The Handmaid’s Tale by Margaret Atwood
My rating: 5 of 5 stars
I bought The Handmaid’s Tale months ago, and promptly left it unread for months before picking it up on the train home during Easter break. I then lost it. I spent a whole term wondering where i’d left it – on the train, at home, at university – before I found it underneath my bed (at home). Still, it went unread until I was compiling my reading list for my holiday, and so it finally got the love and attention it deserves, 4900ft up a mountain in the French Alps.
It was worth the wait.
Offred is a handmaid in the republic of Gilead. Her role is to go and buy groceries for the Commander’s household, and to bear his children. If she can’t bear children, she is worthless. She remembers the time before Gilead, when she had a husband, a daughter, a job, and knowledge, but that has all been taken away from her. The extreme Christian Right have taken over, and with it, Offred has lost her freedom, her name, and her family.
Apparently this book is like marmite – some people love it and some people hate it. I love it. It’s difficult to write a review about a book that you love.
First off, let me just mention that the writing style is a little different, and that initially put me off reading the book. It took a few chapters to get into the flow of the words, and into the world itself.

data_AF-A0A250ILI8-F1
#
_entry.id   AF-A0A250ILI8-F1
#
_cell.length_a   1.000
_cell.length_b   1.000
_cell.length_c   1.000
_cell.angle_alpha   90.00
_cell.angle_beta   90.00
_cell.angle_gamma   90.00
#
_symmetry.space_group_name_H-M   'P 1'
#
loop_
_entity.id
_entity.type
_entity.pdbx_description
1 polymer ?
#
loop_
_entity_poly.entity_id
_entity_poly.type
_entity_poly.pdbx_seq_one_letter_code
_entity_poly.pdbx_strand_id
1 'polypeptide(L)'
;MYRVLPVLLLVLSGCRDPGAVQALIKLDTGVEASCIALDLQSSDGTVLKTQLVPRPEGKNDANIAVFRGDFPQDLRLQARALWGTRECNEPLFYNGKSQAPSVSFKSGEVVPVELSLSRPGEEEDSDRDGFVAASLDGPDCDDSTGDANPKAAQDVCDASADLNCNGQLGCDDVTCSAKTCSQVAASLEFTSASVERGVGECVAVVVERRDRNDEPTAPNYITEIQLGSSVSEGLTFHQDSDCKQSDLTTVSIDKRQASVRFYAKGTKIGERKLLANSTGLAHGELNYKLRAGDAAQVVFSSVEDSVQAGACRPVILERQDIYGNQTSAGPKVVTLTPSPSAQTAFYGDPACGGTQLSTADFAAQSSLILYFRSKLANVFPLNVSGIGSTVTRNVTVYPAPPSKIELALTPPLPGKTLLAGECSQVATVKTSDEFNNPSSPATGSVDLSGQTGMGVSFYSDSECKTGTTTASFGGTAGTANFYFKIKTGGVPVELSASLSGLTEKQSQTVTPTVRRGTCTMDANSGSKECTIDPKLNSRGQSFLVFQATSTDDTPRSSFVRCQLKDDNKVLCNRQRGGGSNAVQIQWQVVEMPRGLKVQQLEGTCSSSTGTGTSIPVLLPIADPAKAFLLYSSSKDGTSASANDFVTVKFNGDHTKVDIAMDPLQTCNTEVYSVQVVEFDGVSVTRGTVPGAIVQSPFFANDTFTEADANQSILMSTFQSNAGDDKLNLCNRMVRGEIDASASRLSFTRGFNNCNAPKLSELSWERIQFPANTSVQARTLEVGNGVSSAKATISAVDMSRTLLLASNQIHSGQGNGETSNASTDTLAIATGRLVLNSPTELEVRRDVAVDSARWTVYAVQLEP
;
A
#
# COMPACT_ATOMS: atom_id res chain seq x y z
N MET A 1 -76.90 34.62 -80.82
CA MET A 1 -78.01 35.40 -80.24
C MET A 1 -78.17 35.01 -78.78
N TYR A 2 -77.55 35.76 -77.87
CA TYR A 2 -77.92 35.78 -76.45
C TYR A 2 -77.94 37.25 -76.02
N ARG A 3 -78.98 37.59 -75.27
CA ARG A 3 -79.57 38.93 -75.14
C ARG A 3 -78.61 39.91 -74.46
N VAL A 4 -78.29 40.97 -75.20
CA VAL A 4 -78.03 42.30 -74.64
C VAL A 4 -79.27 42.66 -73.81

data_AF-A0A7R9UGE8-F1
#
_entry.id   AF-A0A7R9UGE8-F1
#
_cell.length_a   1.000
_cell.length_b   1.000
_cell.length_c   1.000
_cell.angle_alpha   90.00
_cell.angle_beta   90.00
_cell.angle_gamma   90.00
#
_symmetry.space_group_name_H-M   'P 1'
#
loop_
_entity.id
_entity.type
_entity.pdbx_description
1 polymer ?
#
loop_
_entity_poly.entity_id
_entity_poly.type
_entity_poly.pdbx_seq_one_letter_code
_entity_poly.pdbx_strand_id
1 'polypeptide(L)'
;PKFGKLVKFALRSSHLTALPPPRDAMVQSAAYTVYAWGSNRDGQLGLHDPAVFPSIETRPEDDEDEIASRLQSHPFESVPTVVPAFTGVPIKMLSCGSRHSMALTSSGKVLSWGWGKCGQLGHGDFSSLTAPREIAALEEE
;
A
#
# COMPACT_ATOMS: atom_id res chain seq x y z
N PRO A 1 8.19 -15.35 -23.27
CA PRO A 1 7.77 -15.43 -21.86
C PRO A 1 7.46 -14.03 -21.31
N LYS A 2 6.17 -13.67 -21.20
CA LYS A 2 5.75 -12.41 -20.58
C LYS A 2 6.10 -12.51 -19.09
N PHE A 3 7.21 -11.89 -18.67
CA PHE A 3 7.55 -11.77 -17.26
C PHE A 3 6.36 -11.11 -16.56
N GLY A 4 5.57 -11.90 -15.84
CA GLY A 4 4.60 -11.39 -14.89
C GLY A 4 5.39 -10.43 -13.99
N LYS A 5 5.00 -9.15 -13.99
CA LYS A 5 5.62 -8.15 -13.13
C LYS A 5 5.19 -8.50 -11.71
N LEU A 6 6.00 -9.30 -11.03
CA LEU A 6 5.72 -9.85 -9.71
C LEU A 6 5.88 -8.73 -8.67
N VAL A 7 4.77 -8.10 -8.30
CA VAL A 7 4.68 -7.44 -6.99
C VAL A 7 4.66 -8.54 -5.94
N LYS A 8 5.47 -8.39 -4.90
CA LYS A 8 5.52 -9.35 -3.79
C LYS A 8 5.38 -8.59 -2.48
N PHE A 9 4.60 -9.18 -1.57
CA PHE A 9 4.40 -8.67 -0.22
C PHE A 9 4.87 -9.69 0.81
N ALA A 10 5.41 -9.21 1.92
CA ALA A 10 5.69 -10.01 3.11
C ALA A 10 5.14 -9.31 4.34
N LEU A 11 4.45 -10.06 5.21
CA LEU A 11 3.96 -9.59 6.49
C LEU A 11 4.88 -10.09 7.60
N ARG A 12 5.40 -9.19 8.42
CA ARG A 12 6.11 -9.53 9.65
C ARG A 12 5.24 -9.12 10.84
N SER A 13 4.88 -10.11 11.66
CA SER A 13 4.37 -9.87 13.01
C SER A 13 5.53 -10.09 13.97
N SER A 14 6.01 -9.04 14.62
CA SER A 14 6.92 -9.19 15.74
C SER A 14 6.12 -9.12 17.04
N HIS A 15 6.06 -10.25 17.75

The novel is speculative fiction at its finest (that is, a situation that could theoretically happen on Earth in this day and age, rather than some crazy sci-fi alien war with zombies and dragons). There’s nothing in this novel which is completely unbelievable – which is what makes the story so compelling, the overall feeling that this could very well be reality.
Why should you read this book? If you, like me, love dystopian novels, or at least have read a few of the more popular ones, this is a good source of inspiration. It almost certainly has inspired and influenced some more modern dystopian novels. It’s one of the more classic dystopians, and that alone should push it onto your reading list. It’s also a great feminist novel, and really gets you thinking about the current state of society, and its treatment of women (which is more than relevant today).
After reading this novel, I think i’ll have a more informed view of today’s YA feminist literature, and i’ll be sure to add more Margaret Atwood novels to my TBR list.